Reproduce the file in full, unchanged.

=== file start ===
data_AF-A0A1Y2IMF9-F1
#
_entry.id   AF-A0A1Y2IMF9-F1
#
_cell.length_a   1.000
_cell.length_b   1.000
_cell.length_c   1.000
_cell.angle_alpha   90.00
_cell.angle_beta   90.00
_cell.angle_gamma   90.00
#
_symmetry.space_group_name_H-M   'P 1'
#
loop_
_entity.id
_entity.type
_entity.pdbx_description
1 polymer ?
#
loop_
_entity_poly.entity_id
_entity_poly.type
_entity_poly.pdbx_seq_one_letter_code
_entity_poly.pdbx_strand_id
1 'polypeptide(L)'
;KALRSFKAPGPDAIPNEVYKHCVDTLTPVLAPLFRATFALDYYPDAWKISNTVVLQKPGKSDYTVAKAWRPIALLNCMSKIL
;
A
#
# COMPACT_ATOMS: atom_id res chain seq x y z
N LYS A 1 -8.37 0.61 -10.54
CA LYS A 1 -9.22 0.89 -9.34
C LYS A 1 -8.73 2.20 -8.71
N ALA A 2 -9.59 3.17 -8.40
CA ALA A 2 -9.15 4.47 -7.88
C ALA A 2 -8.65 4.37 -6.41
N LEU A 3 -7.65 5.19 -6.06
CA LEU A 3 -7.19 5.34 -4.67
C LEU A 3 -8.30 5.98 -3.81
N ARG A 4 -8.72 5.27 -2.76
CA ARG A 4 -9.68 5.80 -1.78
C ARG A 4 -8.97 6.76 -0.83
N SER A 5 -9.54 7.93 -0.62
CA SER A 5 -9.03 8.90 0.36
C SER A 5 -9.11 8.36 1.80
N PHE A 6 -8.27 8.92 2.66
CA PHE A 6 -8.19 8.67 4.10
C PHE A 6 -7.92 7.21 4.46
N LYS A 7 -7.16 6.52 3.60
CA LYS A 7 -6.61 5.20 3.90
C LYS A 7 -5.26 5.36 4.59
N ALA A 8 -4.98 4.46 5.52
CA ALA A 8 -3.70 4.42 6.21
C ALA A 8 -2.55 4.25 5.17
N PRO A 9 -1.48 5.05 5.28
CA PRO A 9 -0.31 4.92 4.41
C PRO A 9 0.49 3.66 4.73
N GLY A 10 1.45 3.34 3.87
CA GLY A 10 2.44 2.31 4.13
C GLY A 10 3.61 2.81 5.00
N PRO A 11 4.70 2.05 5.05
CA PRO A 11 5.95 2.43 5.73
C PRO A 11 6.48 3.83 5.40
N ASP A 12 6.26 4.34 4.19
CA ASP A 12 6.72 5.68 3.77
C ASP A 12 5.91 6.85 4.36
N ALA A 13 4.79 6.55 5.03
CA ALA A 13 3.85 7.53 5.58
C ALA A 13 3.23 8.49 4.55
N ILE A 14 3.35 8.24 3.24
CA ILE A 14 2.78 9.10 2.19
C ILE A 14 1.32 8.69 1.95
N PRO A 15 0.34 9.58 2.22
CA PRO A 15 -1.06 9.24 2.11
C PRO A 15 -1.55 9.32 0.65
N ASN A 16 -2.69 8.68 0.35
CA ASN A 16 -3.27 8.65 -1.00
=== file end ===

data_AF-A0A1Y2IMF9-F1
#
_entry.id   AF-A0A1Y2IMF9-F1
#
_cell.length_a   1.000
_cell.length_b   1.000
_cell.length_c   1.000
_cell.angle_alpha   90.00
_cell.angle_beta   90.00
_cell.angle_gamma   90.00
#
_symmetry.space_group_name_H-M   'P 1'
#
loop_
_entity.id
_entity.type
_entity.pdbx_description
1 polymer ?
#
loop_
_entity_poly.entity_id
_entity_poly.type
_entity_poly.pdbx_seq_one_letter_code
_entity_poly.pdbx_strand_id
1 'polypeptide(L)'
;KALRSFKAPGPDAIPNEVYKHCVDTLTPVLAPLFRATFALDYYPDAWKISNTVVLQKPGKSDYTVAKAWRPIALLNCMSKIL
;
A
#
# COMPACT_ATOMS: atom_id res chain seq x y z
N LYS A 1 -8.37 0.61 -10.54
CA LYS A 1 -9.22 0.89 -9.34
C LYS A 1 -8.73 2.20 -8.71
N ALA A 2 -9.59 3.17 -8.40
CA ALA A 2 -9.15 4.47 -7.88
C ALA A 2 -8.65 4.37 -6.41
N LEU A 3 -7.65 5.19 -6.06
CA LEU A 3 -7.19 5.34 -4.67
C LEU A 3 -8.30 5.98 -3.81
N ARG A 4 -8.72 5.27 -2.76
CA ARG A 4 -9.68 5.80 -1.78
C ARG A 4 -8.97 6.76 -0.83
N SER A 5 -9.54 7.93 -0.62
CA SER A 5 -9.03 8.90 0.36
C SER A 5 -9.11 8.36 1.80
N PHE A 6 -8.27 8.92 2.66
CA PHE A 6 -8.19 8.67 4.10
C PHE A 6 -7.92 7.21 4.46
N LYS A 7 -7.16 6.52 3.60
CA LYS A 7 -6.61 5.20 3.90
C LYS A 7 -5.26 5.36 4.59
N ALA A 8 -4.98 4.46 5.52
CA ALA A 8 -3.70 4.42 6.21
C ALA A 8 -2.55 4.25 5.17
N PRO A 9 -1.48 5.05 5.28
CA PRO A 9 -0.31 4.92 4.41
C PRO A 9 0.49 3.66 4.73
N GLY A 10 1.45 3.34 3.87
CA GLY A 10 2.44 2.31 4.13
C GLY A 10 3.61 2.81 5.00
N PRO A 11 4.70 2.05 5.05
CA PRO A 11 5.95 2.43 5.73
C PRO A 11 6.48 3.83 5.40
N ASP A 12 6.26 4.34 4.19
CA ASP A 12 6.72 5.68 3.77
C ASP A 12 5.91 6.85 4.36
N ALA A 13 4.79 6.55 5.03
CA ALA A 13 3.85 7.53 5.58
C ALA A 13 3.23 8.49 4.55
N ILE A 14 3.35 8.24 3.24
CA ILE A 14 2.78 9.10 2.19
C ILE A 14 1.32 8.69 1.95
N PRO A 15 0.34 9.58 2.22
CA PRO A 15 -1.06 9.24 2.11
C PRO A 15 -1.55 9.32 0.65
N ASN A 16 -2.69 8.68 0.35
CA ASN A 16 -3.27 8.65 -1.00